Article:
But it didn’t work. Even more disappointing, the pint he could have sworn he’d tucked into the side pocket of his duffel bag wasn’t there. Unless he wanted to sip on mouth wash, he’d have to depend on the hot water to unwind his brain and untie his knots. In the dark he felt around the ruffles surrounding the windows, looking for a cord or a shade, and noticed a light on in the other house.

He felt a little slighted. Rochelle LeClair had shown no interest in his ceremony. She had said as much, but he’d expected her to show up anyway. No longer did she wear her girlish interests all over her face, and she hadn’t let her mouth give her away the way she once did, but the vibes were still there, and he’d expected her to show. He’d been looking for her the whole time he was singing and smudging, smoking the spirits out of every nook and cranny on the place. Maybe she’d been watching him from behind a tree or a curtain. Had to be. He wasn’t one to misread a woman’s signals.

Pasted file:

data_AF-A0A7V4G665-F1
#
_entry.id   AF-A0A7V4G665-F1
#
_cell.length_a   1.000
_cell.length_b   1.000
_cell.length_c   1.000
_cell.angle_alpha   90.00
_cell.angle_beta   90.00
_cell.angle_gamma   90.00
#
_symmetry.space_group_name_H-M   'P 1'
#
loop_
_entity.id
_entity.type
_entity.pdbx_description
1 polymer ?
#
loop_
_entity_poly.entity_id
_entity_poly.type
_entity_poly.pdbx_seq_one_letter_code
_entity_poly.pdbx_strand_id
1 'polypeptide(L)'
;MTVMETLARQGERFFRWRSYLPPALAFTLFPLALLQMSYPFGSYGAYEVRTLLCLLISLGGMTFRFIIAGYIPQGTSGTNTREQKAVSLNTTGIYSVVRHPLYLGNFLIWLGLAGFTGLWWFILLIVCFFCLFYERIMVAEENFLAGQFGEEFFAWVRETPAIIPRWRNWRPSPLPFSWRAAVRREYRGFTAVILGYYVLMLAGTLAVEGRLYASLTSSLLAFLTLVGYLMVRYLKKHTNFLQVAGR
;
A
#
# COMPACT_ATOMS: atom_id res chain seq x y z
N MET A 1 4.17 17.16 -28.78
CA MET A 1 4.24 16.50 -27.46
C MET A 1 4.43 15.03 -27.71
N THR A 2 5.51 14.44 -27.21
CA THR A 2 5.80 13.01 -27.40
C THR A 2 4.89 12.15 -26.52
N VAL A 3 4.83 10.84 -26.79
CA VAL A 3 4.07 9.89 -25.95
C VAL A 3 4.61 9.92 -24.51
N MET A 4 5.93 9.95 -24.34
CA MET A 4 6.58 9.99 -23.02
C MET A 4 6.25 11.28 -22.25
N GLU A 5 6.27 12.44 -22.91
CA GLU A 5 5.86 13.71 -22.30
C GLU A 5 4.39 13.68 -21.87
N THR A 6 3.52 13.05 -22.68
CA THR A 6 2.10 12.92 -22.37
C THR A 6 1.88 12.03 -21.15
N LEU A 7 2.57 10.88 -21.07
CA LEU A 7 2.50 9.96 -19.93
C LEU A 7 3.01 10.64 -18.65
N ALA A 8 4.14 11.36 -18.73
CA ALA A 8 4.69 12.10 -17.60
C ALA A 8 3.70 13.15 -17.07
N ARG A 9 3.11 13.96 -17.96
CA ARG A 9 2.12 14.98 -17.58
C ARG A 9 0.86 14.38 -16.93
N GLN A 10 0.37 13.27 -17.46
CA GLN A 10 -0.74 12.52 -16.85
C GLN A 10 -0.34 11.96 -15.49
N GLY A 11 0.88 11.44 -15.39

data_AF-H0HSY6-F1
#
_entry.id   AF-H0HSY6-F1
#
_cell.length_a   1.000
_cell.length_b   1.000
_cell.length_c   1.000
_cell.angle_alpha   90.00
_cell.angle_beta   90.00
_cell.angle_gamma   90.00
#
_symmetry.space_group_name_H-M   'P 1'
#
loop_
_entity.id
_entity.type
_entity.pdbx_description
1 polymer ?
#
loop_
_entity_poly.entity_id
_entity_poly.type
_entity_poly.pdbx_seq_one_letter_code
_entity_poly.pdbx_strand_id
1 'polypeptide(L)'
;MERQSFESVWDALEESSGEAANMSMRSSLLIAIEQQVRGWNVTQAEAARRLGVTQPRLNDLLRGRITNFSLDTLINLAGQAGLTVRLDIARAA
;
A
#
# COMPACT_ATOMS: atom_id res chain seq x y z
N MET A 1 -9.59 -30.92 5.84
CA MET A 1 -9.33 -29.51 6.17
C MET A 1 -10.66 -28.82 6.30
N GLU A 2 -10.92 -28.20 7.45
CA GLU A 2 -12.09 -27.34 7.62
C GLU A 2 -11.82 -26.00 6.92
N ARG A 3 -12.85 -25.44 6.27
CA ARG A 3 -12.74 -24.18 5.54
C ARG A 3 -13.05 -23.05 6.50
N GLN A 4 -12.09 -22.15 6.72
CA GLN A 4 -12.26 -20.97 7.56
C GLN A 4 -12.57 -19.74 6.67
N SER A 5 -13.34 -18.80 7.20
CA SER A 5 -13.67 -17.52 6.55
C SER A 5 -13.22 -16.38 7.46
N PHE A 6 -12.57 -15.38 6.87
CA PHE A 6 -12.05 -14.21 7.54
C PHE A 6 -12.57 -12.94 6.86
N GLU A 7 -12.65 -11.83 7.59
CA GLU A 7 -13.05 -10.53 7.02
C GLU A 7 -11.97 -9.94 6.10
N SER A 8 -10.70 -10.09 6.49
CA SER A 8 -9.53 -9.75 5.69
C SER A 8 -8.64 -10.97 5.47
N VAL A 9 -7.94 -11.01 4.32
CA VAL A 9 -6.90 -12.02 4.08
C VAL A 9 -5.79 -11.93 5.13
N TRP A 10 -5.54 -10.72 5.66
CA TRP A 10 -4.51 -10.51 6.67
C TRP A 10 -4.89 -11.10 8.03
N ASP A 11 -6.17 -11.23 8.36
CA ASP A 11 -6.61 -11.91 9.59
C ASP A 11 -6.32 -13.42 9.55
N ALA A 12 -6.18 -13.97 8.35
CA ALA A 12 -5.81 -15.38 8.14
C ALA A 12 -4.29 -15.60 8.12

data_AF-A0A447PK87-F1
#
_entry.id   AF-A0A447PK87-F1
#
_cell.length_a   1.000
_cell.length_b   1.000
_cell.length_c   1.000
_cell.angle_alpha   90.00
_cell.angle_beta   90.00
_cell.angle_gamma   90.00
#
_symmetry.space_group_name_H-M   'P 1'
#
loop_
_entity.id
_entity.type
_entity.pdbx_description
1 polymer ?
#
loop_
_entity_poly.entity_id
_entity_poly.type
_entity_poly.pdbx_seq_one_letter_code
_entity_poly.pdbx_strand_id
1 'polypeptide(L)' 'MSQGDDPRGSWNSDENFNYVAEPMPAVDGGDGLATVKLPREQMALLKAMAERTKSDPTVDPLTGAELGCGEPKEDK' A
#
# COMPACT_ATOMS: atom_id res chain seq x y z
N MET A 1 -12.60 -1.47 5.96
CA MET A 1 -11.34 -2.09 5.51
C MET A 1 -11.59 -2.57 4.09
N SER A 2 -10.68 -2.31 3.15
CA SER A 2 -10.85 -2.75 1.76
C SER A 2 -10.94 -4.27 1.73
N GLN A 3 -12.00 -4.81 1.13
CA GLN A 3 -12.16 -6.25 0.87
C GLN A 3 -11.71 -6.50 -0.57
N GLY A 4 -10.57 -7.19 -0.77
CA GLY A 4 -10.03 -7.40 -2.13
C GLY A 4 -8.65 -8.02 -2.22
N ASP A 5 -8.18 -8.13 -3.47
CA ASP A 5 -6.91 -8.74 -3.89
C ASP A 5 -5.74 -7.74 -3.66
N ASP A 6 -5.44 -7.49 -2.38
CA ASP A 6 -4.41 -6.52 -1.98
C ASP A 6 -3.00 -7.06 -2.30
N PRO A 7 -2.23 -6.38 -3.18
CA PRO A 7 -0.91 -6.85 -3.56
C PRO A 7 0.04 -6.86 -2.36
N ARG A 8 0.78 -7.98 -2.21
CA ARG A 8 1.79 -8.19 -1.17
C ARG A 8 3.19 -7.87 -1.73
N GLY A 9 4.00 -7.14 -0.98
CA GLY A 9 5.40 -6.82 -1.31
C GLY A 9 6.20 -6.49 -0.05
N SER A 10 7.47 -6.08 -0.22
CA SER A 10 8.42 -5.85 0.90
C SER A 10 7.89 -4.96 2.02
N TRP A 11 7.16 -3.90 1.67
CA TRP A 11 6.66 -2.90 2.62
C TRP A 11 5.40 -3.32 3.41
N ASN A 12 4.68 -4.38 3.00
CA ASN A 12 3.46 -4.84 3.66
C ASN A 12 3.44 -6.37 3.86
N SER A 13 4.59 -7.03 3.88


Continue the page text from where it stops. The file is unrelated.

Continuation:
She’d always been kind of sweet and shy. A kid the first time he’d met her, a young woman the next, she’d been visibly drawn by the Trueblood magnetism. He remembered thinking, Wipe that look off your face, rich girl, before it buys you more trouble than you can afford. But he’d played around with her some, either because he’d been feeling sorry for himself or just because he could. He couldn’t remember which.